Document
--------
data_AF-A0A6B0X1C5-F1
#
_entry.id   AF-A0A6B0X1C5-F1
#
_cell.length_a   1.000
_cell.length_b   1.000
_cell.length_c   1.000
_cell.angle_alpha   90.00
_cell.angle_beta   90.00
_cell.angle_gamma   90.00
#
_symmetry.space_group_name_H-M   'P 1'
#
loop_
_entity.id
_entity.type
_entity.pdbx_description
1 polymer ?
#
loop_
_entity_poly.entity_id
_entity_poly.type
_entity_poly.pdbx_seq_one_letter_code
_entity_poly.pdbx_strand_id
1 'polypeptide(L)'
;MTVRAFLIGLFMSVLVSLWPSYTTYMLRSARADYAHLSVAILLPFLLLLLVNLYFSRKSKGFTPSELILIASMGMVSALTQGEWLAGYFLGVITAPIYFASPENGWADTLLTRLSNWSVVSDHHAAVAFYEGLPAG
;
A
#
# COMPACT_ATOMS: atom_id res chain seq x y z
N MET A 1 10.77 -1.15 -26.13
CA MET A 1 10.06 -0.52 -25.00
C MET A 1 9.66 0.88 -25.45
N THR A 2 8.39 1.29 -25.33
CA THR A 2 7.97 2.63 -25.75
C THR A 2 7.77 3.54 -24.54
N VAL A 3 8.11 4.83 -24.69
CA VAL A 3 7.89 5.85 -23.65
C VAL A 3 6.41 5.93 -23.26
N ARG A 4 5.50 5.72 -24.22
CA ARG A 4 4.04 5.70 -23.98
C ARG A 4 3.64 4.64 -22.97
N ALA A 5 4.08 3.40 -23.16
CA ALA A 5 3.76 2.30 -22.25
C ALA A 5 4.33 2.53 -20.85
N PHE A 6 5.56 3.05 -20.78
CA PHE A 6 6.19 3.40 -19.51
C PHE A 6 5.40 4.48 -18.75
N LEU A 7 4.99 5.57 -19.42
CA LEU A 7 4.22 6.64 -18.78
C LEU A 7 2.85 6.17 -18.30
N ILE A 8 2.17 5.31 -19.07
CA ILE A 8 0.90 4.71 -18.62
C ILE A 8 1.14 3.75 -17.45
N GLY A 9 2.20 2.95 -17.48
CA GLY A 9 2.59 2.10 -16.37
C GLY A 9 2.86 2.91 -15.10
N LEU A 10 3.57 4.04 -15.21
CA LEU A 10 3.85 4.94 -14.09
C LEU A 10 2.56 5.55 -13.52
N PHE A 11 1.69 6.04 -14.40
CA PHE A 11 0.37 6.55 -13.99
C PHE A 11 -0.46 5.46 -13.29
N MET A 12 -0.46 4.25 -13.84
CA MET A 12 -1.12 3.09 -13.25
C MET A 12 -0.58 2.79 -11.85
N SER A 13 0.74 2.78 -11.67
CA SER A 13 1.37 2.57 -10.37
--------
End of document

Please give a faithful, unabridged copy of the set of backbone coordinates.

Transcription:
data_AF-A0A6B0X1C5-F1
#
_entry.id   AF-A0A6B0X1C5-F1
#
_cell.length_a   1.000
_cell.length_b   1.000
_cell.length_c   1.000
_cell.angle_alpha   90.00
_cell.angle_beta   90.00
_cell.angle_gamma   90.00
#
_symmetry.space_group_name_H-M   'P 1'
#
loop_
_entity.id
_entity.type
_entity.pdbx_description
1 polymer ?
#
loop_
_entity_poly.entity_id
_entity_poly.type
_entity_poly.pdbx_seq_one_letter_code
_entity_poly.pdbx_strand_id
1 'polypeptide(L)'
;MTVRAFLIGLFMSVLVSLWPSYTTYMLRSARADYAHLSVAILLPFLLLLLVNLYFSRKSKGFTPSELILIASMGMVSALTQGEWLAGYFLGVITAPIYFASPENGWADTLLTRLSNWSVVSDHHAAVAFYEGLPAG
;
A
#
# COMPACT_ATOMS: atom_id res chain seq x y z
N MET A 1 10.77 -1.15 -26.13
CA MET A 1 10.06 -0.52 -25.00
C MET A 1 9.66 0.88 -25.45
N THR A 2 8.39 1.29 -25.33
CA THR A 2 7.97 2.63 -25.75
C THR A 2 7.77 3.54 -24.54
N VAL A 3 8.11 4.83 -24.69
CA VAL A 3 7.89 5.85 -23.65
C VAL A 3 6.41 5.93 -23.26
N ARG A 4 5.50 5.72 -24.22
CA ARG A 4 4.04 5.70 -23.98
C ARG A 4 3.64 4.64 -22.97
N ALA A 5 4.08 3.40 -23.16
CA ALA A 5 3.76 2.30 -22.25
C ALA A 5 4.33 2.53 -20.85
N PHE A 6 5.56 3.05 -20.78
CA PHE A 6 6.19 3.40 -19.51
C PHE A 6 5.40 4.48 -18.75
N LEU A 7 4.99 5.57 -19.42
CA LEU A 7 4.22 6.64 -18.78
C LEU A 7 2.85 6.17 -18.30
N ILE A 8 2.17 5.31 -19.07
CA ILE A 8 0.90 4.71 -18.62
C ILE A 8 1.14 3.75 -17.45
N GLY A 9 2.20 2.95 -17.48
CA GLY A 9 2.59 2.10 -16.37
C GLY A 9 2.86 2.91 -15.10
N LEU A 10 3.57 4.04 -15.21
CA LEU A 10 3.85 4.94 -14.09
C LEU A 10 2.56 5.55 -13.52
N PHE A 11 1.69 6.04 -14.40
CA PHE A 11 0.37 6.55 -13.99
C PHE A 11 -0.46 5.46 -13.29
N MET A 12 -0.46 4.25 -13.84
CA MET A 12 -1.12 3.09 -13.25
C MET A 12 -0.58 2.79 -11.85
N SER A 13 0.74 2.78 -11.67
CA SER A 13 1.37 2.57 -10.37